Re: News clips of interest

From: David Opderbeck <>
Date: Tue Feb 07 2006 - 10:59:09 EST

*Seems to me that the NAE has little business adopting
policies that are clearly outside their areas of expertise. *

I have a problem with this one. Certainly it's within the calling of an
organization like the NAE to adopt policies on issues relating to the
stewardship of the environment. Nevertheless, I think the NAE wisely did
not take a position specifically on any disputes concerning the science
behind theories of global warming, because those disputes are far from
resolved in the scientific arena, and because they are so loaded

On 2/6/06, Carol or John Burgeson <> wrote:
> Two news clips of interest:
> 1. "[The Big Bang is] not proven fact; it is opinion. It is not NASA's
> place, nor should it be to make a declaration such as this about the
> existence of the universe that discounts intelligent design by a
> creator."
> --George Deutsch, a Bush political appointee in NASA's press office,
> instructing a Web designer working for the agency to add the word
> "theory" after every mention of the Big Bang (a scientific explanation
> for the origins of the universe).
> Burgy's comment: At first reading, I don't see why this is a "bad" idea.
> Of course, it is religiously motivated. But it is, I think, factual.
> Tell me why I'm wrong.
> 2. Texas Rep. Mark Strama faces three Republican challengers for his
> District 50 seat, including Christian conservatives who support teaching
> intelligent design.
> About a year ago, I said the YECs "had won." Seems to me this is part of
> what "winning" means. It is becoming a force in one political party.
> Many of you have told me before that I'm wrong. I still hold the claim.
> 3. Scientists say Bush Administration political appointees are trying to
> control the flow of scientific information from NASA, particularly when
> that information counters administration policy on issues ranging from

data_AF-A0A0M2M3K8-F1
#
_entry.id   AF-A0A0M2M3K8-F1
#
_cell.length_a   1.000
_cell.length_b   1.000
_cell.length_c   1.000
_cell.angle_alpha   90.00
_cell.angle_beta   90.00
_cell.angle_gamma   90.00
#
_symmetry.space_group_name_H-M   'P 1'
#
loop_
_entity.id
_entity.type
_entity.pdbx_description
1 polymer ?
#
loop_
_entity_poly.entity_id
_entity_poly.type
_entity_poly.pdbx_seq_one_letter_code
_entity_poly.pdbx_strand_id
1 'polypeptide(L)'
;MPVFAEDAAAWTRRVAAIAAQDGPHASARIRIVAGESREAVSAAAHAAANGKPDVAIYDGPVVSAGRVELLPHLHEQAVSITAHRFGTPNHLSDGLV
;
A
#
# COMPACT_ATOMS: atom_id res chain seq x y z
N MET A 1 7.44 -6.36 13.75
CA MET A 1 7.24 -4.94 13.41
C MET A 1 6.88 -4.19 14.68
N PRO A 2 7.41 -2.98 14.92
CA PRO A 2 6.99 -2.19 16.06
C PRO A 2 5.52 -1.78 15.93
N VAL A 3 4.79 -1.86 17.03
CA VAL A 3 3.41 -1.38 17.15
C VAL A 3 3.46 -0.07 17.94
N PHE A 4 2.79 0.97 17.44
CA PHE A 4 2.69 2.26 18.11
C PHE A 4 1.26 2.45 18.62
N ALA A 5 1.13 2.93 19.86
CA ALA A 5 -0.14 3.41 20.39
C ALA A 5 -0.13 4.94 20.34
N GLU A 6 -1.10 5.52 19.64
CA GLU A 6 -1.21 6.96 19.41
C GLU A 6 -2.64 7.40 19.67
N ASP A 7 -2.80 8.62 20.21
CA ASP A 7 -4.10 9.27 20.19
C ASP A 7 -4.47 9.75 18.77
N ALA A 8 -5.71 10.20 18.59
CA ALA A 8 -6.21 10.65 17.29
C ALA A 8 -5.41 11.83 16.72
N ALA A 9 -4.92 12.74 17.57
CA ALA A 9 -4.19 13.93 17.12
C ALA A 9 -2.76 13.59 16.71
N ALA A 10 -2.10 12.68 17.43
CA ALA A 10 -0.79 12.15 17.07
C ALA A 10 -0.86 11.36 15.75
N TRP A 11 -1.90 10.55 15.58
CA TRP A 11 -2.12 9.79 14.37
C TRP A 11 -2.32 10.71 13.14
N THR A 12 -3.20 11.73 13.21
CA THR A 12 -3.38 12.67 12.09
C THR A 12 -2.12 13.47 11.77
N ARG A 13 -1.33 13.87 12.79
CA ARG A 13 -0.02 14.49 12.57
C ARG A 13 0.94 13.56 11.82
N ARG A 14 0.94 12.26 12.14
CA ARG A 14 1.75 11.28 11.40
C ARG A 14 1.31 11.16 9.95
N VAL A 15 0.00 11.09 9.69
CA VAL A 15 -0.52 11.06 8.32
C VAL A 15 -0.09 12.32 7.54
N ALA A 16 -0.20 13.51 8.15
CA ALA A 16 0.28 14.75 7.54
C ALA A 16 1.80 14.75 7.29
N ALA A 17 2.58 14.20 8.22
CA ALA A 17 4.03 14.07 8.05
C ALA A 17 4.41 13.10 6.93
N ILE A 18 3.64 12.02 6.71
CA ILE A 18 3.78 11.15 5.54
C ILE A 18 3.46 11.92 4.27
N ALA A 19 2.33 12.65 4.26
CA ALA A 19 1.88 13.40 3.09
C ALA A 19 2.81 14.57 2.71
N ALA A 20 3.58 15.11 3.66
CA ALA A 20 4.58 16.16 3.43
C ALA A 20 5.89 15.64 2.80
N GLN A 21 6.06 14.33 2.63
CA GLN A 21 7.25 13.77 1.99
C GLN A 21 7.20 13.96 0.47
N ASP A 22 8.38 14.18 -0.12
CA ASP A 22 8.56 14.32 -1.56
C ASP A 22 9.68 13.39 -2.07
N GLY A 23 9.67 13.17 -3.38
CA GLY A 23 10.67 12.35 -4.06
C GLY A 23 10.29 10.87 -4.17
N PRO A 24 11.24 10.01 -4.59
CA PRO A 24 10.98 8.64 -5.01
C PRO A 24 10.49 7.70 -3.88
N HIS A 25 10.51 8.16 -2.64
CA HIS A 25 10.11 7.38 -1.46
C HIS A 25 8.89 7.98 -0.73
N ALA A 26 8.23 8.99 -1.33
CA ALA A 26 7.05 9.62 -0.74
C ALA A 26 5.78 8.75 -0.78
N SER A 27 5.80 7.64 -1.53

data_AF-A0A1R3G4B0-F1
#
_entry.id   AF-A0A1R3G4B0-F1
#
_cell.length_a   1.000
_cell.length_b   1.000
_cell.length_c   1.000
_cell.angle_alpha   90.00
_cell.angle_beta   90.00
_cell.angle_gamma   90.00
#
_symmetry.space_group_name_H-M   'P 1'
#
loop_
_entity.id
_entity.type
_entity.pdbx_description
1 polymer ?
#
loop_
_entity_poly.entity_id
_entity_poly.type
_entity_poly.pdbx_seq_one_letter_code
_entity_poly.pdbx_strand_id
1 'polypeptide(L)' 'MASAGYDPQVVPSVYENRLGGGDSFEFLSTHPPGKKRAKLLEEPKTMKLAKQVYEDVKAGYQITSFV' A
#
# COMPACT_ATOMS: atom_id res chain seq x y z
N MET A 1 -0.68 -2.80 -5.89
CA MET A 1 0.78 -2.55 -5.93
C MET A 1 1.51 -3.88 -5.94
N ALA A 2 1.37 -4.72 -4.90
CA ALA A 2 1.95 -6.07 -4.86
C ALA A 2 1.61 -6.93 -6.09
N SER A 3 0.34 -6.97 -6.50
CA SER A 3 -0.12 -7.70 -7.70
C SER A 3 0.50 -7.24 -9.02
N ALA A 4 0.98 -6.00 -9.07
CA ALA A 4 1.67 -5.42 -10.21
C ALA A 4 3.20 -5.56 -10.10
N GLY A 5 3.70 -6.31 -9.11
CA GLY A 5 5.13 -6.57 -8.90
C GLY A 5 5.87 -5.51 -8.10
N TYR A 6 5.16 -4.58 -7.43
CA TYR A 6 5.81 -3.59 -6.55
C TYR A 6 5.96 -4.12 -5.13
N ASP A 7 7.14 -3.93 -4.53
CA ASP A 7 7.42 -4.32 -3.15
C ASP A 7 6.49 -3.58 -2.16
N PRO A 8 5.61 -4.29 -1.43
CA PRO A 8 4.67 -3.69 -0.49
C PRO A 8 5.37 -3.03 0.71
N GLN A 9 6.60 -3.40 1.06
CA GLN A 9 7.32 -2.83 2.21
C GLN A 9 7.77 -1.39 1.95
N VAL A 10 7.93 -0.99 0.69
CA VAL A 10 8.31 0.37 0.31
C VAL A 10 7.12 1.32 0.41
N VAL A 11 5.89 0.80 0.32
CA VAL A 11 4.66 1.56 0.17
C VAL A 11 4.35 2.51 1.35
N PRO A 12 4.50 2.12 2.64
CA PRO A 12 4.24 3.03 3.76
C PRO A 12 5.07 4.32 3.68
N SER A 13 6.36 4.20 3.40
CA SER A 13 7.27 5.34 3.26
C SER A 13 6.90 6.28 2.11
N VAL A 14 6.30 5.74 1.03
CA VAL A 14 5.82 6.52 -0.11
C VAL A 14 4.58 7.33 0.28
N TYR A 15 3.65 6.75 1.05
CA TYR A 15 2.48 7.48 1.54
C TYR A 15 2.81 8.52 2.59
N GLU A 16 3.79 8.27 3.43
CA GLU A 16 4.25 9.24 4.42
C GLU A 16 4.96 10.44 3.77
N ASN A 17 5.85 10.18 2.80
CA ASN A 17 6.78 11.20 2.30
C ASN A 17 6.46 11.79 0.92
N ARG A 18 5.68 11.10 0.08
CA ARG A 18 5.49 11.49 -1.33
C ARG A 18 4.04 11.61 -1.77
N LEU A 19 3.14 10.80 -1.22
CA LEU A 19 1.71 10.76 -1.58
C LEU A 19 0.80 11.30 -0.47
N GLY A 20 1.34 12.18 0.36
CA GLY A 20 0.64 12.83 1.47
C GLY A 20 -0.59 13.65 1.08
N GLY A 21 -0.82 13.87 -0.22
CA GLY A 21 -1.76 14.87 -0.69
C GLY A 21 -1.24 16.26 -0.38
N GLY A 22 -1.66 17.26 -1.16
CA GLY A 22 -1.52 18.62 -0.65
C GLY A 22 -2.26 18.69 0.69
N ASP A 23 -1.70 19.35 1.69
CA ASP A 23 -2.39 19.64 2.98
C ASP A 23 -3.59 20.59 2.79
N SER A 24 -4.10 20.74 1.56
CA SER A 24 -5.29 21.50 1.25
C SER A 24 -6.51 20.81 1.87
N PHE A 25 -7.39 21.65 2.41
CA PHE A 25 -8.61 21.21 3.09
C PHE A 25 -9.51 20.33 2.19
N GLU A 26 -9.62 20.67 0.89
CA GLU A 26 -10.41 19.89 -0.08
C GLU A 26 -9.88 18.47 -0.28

> global warming to explanations about the origins of the universe.
> Burgy's comment: An organization HAS to be able to control what their
> employees say and publish, for outsiders perceive them as "speaking for
> the institution." As one who spoke publicly on many occasions for IBM, I
> am particularly aware of this kind of thing. I recall once having my
> remarks edited in advance to eliminate the word "software," for an IBM
> executive was trying to hold back the use of that word. The fact that I
> considered what he was attempting to do as pretty much useless did not
> result in my using the dreaded "S" word in public. Of course, in private
> . . . .
> Tell me why I'm wrong. In this case, I may be, for it may be an ethics
> issue.
> 4. A United States senator has warned against "far-left"
> environmentalists he claimed are trying to dupe the National Association
> of Evangelicals into adopting a policy statement on global warming.
> Burgy's comment: Seems to me that the NAE has little business adopting
> policies that are clearly outside their areas of expertise. I holler at
> my PC(USA) headquarters on similar grounds from time to time. Ethical
> issues are in a different category, of course. Religious organizations
> SHOULD have a voice in them.
> Burgy
Received on Tue Feb 7 10:59:44 2006

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